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Pope John Paul II, Pope Emeritus Benedict XVI, Pope Francis
Pope John Paul II, Pope Emeritus Benedict XVI, Pope Francis

ASK | Writings of three popes reveal a lesson from the Holy Spirit

While popes have different charisms, it is the Holy Spirit who truly guides the Church

Sometimes we hear someone say something along the lines of “I’m a JPII guy.” Another says “I’m a B16 gal,” and another “I like Francis.”

While we can appreciate in different ways the charisms of the Holy Fathers, to deny that the Holy Spirit is in each is short sighted and overlooks the fact that the Holy Spirit is the one who truly guides the Church. The Holy Spirit desires to guide and teach the faithful into deeper understanding and union with Christ, and the Holy Spirit’s lesson plan covers pontificates. Some of the Holy Fathers’ writings make this more clear.

In 2001, St. John Paul II wrote an apostolic letter called “Novo Millenio Inuente” (“Entering the New Millenium”), in which he wrote that now, more than ever, we as a faithful people were called to be contemplatives who gaze upon the face of Christ:

“(T)he men and women of our own day — often perhaps unconsciously — ask believers not only to ‘speak’ of Christ, but in a certain sense to ‘show’ him to them. And is it not the Church’s task to reflect the light of Christ in every historical period, to make his face shine also before the generations of the new millennium?

“Our witness, however, would be hopelessly inadequate if we ourselves had not first contemplated his face. The Great Jubilee has certainly helped us to do this more deeply. At the end of the Jubilee, as we go back to our ordinary routine, storing in our hearts the treasures of this very special time, our gaze is more than ever firmly set on the face of the Lord.” Novo Millenio Inuente, 16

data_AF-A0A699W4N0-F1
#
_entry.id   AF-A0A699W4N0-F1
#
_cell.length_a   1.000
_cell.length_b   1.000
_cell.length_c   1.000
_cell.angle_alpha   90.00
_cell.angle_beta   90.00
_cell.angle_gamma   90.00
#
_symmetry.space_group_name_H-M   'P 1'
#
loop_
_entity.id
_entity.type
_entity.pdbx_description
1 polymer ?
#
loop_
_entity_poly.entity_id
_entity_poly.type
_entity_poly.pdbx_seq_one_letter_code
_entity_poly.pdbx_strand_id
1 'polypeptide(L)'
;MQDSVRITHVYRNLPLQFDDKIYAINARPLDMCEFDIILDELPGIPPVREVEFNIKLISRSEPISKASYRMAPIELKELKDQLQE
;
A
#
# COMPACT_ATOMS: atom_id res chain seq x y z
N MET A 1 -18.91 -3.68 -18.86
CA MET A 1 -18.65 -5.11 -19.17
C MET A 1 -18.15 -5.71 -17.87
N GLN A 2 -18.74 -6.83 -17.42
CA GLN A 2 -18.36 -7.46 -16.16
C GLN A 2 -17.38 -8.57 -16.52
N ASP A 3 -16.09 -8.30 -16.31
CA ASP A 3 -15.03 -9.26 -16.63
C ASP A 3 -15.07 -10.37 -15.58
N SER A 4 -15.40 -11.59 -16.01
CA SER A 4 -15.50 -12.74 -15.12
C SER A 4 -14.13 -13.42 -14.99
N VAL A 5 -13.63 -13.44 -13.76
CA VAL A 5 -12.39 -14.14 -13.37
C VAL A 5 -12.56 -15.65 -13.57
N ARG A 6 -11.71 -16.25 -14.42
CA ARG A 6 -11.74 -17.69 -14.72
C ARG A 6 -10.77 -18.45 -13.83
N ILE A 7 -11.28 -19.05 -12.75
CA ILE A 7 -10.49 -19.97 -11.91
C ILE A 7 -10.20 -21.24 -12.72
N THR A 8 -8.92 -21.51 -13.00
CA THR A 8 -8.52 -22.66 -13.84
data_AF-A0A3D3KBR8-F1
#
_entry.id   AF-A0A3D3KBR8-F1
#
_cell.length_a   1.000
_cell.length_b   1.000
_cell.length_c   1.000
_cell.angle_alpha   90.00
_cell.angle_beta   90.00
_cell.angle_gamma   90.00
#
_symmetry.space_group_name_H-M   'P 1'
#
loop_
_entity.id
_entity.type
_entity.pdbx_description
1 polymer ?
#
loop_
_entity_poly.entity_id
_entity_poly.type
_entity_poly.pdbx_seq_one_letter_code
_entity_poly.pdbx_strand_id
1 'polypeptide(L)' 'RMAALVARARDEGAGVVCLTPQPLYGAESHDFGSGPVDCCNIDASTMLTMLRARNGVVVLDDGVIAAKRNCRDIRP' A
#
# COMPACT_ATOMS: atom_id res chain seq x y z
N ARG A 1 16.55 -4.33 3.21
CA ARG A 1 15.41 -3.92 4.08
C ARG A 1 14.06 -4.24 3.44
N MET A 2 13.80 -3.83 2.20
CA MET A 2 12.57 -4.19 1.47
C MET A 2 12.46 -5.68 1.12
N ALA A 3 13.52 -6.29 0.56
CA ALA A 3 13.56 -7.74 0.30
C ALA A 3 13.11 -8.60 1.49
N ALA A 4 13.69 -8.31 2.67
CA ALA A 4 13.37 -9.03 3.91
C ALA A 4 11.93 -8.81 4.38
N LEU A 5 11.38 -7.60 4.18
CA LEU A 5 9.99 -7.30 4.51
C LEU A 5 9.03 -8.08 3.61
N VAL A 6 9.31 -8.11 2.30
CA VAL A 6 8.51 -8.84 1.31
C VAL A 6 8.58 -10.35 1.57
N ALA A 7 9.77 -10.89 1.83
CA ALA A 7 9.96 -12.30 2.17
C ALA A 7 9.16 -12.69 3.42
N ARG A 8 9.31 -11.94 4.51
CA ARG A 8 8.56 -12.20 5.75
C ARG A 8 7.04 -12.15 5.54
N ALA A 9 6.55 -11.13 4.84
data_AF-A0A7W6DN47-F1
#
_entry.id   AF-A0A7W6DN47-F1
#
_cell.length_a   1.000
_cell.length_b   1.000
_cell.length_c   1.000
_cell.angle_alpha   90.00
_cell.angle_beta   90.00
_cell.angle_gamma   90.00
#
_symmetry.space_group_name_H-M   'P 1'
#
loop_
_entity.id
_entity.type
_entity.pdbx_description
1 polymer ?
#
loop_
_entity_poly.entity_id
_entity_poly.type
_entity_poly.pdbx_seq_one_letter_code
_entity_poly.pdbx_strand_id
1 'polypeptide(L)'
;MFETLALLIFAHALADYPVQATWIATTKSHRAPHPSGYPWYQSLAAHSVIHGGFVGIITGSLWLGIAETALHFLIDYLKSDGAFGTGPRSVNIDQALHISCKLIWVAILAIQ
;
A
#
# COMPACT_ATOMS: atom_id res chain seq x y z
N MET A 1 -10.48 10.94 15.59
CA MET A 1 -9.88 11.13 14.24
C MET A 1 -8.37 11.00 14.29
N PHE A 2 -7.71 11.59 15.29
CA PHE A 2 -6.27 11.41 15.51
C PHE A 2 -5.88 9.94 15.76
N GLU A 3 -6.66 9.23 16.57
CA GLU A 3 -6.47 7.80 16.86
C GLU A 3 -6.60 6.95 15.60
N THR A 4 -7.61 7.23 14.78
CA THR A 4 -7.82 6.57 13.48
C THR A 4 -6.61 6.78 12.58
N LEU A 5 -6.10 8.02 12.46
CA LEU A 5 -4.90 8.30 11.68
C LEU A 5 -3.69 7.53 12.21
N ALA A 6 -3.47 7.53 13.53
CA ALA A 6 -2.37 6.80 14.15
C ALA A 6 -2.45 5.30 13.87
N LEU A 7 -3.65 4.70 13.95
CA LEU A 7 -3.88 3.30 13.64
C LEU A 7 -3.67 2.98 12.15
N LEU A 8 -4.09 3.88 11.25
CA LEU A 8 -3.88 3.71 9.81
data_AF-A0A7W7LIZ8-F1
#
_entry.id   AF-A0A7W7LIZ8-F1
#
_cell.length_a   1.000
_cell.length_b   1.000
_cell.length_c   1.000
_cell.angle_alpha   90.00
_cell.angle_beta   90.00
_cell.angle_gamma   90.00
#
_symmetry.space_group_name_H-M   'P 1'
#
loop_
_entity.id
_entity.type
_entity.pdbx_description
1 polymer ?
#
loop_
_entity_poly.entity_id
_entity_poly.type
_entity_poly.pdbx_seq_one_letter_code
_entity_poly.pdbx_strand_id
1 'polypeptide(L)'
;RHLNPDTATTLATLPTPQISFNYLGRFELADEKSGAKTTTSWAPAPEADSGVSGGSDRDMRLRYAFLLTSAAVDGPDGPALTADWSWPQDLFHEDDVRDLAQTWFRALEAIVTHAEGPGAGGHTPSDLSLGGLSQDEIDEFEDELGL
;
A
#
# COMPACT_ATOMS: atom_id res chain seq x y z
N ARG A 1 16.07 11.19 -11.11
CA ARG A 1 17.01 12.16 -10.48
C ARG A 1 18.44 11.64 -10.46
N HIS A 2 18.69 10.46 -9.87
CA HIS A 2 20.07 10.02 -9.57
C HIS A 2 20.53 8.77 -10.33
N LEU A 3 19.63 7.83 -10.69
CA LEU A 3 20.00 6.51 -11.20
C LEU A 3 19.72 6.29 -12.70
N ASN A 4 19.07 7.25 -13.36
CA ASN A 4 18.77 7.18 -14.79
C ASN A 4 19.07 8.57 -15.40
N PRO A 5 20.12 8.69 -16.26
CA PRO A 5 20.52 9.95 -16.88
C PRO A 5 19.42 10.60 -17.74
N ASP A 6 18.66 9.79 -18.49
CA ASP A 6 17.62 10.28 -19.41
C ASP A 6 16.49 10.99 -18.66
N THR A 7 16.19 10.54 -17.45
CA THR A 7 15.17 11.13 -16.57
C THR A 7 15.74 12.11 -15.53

Following the pontificate of St. John Paul II, Pope Benedict XVI began his service in the Petrine office by writing the encyclical Deus Caritas Est (God is Love) which set the tone for many of his writings in which he encouraged people to encounter the love and mercy of God through the contemplation of Jesus, who came to give God a face for us to look at in order that we might experience his presence more fully. In his angelus address of January 1st, 2012 he said;

“We can contemplate the Face of God he himself made visible, he revealed himself in Jesus; he is the visible image of the invisible God. And this is also thanks to the Virgin Mary, whose greatest title we celebrate today; the title with which she plays a unique role in the history of salvation, as Mother of God. In her womb the Son of the Most High took our flesh and we can contemplate his glory (John 1:14), and feel his presence as God-with-us.”

Are you following so far? Step one: We are called to contemplate the face of Christ….Step 2: Through contemplation of the face of Christ we experience God’s loving, merciful presence….Step 3: enter Pope Francis. In his encyclical “Lumen Fidei” (“Light of Faith”), we read:

In faith, Christ is not simply the one in whom we believe, the supreme manifestation of God’s love; he is also the one with whom we are united precisely in order to believe. Faith does not merely gaze at Jesus, but sees things as Jesus himself sees them, with his own eyes: it is a participation in his way of seeing.” Lumen Fidei 18

So there you have it. Over a 13 year span, the Holy Spirit lays out this fundamental teaching; we are called to be contemplatives (JPII), in contemplating the face of Christ we encounter the face of mercy and love (Benedict XVI), which leads us to a participation in Jesus’ way of seeing (Pope Francis).

It would serve us all well not to be short-sighted or to try to create artificial “varieties” of Catholicism. There is only one faith, one hope and one baptism. Sometimes just one of God’s lesson plans take awhile to reveal itself….this lesson took three popes and thirteen years.

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